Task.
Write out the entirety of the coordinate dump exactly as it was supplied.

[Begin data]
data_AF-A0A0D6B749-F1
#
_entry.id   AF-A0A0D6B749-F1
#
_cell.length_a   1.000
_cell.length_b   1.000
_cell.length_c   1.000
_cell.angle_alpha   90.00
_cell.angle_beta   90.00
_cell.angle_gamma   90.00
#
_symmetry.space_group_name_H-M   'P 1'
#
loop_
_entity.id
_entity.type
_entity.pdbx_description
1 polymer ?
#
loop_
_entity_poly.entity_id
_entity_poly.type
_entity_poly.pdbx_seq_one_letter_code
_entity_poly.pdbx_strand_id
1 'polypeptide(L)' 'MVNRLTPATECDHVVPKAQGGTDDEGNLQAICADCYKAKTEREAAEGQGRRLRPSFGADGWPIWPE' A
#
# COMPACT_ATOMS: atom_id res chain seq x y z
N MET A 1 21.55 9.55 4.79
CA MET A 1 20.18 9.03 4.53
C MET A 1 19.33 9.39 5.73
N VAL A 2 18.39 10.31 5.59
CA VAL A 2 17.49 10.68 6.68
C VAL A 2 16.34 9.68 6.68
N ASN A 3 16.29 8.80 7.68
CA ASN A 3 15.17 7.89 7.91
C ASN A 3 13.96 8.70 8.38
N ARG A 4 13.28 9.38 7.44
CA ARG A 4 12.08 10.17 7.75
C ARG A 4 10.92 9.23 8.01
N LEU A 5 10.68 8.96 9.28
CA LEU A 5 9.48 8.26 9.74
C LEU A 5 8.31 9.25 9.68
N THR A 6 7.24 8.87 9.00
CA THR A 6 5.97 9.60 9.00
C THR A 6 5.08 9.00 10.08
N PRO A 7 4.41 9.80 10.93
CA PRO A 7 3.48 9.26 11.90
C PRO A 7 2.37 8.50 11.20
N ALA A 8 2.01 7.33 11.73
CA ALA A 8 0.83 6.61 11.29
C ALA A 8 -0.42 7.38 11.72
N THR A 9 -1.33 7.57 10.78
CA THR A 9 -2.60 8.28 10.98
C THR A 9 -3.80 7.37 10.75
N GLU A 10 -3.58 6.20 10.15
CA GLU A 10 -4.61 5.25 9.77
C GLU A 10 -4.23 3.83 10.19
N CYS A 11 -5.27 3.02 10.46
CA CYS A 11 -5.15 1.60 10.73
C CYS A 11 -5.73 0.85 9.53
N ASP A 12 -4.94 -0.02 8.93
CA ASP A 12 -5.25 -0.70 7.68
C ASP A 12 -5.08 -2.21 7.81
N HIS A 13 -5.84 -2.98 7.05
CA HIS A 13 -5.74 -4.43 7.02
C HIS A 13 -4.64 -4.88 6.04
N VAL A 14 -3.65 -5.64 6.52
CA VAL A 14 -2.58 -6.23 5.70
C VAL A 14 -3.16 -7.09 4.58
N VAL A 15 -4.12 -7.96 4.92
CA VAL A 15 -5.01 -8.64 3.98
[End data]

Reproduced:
data_AF-A0A0D6B749-F1
#
_entry.id   AF-A0A0D6B749-F1
#
_cell.length_a   1.000
_cell.length_b   1.000
_cell.length_c   1.000
_cell.angle_alpha   90.00
_cell.angle_beta   90.00
_cell.angle_gamma   90.00
#
_symmetry.space_group_name_H-M   'P 1'
#
loop_
_entity.id
_entity.type
_entity.pdbx_description
1 polymer ?
#
loop_
_entity_poly.entity_id
_entity_poly.type
_entity_poly.pdbx_seq_one_letter_code
_entity_poly.pdbx_strand_id
1 'polypeptide(L)' 'MVNRLTPATECDHVVPKAQGGTDDEGNLQAICADCYKAKTEREAAEGQGRRLRPSFGADGWPIWPE' A
#
# COMPACT_ATOMS: atom_id res chain seq x y z
N MET A 1 21.55 9.55 4.79
CA MET A 1 20.18 9.03 4.53
C MET A 1 19.33 9.39 5.73
N VAL A 2 18.39 10.31 5.59
CA VAL A 2 17.49 10.68 6.68
C VAL A 2 16.34 9.68 6.68
N ASN A 3 16.29 8.80 7.68
CA ASN A 3 15.17 7.89 7.91
C ASN A 3 13.96 8.70 8.38
N ARG A 4 13.28 9.38 7.44
CA ARG A 4 12.08 10.17 7.75
C ARG A 4 10.92 9.23 8.01
N LEU A 5 10.68 8.96 9.28
CA LEU A 5 9.48 8.26 9.74
C LEU A 5 8.31 9.25 9.68
N THR A 6 7.24 8.87 9.00
CA THR A 6 5.97 9.60 9.00
C THR A 6 5.08 9.00 10.08
N PRO A 7 4.41 9.80 10.93
CA PRO A 7 3.48 9.26 11.90
C PRO A 7 2.37 8.50 11.20
N ALA A 8 2.01 7.33 11.73
CA ALA A 8 0.83 6.61 11.29
C ALA A 8 -0.42 7.38 11.72
N THR A 9 -1.33 7.57 10.78
CA THR A 9 -2.60 8.28 10.98
C THR A 9 -3.80 7.37 10.75
N GLU A 10 -3.58 6.20 10.15
CA GLU A 10 -4.61 5.25 9.77
C GLU A 10 -4.23 3.83 10.19
N CYS A 11 -5.27 3.02 10.46
CA CYS A 11 -5.15 1.60 10.73
C CYS A 11 -5.73 0.85 9.53
N ASP A 12 -4.94 -0.02 8.93
CA ASP A 12 -5.25 -0.70 7.68
C ASP A 12 -5.08 -2.21 7.81
N HIS A 13 -5.84 -2.98 7.05
CA HIS A 13 -5.74 -4.43 7.02
C HIS A 13 -4.64 -4.88 6.04
N VAL A 14 -3.65 -5.64 6.52
CA VAL A 14 -2.58 -6.23 5.70
C VAL A 14 -3.16 -7.09 4.58
N VAL A 15 -4.12 -7.96 4.92
CA VAL A 15 -5.01 -8.64 3.98